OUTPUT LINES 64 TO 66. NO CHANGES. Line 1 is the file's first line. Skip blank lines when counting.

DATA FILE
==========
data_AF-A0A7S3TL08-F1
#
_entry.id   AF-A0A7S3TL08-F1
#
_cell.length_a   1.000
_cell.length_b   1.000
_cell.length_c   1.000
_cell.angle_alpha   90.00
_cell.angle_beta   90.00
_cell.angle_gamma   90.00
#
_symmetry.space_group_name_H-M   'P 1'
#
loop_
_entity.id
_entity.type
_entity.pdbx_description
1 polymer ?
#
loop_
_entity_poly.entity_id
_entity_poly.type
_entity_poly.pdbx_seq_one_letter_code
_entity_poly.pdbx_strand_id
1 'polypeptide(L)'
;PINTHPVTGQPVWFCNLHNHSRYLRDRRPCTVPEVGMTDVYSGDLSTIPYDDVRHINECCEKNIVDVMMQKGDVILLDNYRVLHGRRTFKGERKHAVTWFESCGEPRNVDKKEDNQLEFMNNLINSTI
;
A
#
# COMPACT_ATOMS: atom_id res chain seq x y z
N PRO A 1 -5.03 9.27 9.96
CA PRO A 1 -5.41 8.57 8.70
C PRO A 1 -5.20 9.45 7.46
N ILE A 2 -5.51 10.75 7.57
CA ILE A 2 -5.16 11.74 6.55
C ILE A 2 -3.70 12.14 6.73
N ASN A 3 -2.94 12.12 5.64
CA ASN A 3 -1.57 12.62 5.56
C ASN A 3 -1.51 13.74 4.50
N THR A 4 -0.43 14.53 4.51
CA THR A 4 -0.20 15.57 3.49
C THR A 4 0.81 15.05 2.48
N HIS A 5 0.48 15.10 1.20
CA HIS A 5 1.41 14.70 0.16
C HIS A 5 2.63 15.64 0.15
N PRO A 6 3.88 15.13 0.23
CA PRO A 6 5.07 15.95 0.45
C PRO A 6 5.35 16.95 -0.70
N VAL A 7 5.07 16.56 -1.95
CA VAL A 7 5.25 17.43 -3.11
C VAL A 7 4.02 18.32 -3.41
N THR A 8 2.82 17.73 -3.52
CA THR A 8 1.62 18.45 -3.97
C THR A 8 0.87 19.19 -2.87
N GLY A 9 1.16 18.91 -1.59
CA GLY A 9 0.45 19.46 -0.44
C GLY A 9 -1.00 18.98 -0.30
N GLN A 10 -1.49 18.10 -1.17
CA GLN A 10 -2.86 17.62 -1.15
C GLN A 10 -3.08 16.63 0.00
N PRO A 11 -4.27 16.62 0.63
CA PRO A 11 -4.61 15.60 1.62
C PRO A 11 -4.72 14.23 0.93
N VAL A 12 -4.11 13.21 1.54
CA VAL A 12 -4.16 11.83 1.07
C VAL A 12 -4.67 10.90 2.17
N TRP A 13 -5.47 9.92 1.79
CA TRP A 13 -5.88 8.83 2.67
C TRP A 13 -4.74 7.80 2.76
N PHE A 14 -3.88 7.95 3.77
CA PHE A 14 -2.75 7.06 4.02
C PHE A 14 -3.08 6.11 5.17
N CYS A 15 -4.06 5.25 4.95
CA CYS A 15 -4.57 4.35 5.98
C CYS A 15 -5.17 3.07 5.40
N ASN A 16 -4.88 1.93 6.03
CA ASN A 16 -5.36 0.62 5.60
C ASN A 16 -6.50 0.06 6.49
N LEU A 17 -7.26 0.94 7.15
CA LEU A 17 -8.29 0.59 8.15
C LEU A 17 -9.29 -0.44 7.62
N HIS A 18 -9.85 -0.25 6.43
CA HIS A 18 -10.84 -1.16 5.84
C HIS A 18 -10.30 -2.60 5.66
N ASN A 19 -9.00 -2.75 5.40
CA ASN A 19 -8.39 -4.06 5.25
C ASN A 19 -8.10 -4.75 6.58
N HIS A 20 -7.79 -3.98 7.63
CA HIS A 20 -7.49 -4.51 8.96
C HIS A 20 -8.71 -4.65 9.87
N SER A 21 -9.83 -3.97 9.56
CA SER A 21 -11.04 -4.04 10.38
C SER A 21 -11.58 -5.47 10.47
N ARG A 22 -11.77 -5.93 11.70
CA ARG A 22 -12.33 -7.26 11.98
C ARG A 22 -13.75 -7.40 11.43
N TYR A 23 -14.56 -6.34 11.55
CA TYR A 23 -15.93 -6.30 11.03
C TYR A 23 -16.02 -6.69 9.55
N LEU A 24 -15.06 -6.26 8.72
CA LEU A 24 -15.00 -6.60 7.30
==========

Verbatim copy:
N VAL A 12 -4.11 13.21 1.54
CA VAL A 12 -4.16 11.83 1.07
C VAL A 12 -4.67 10.90 2.17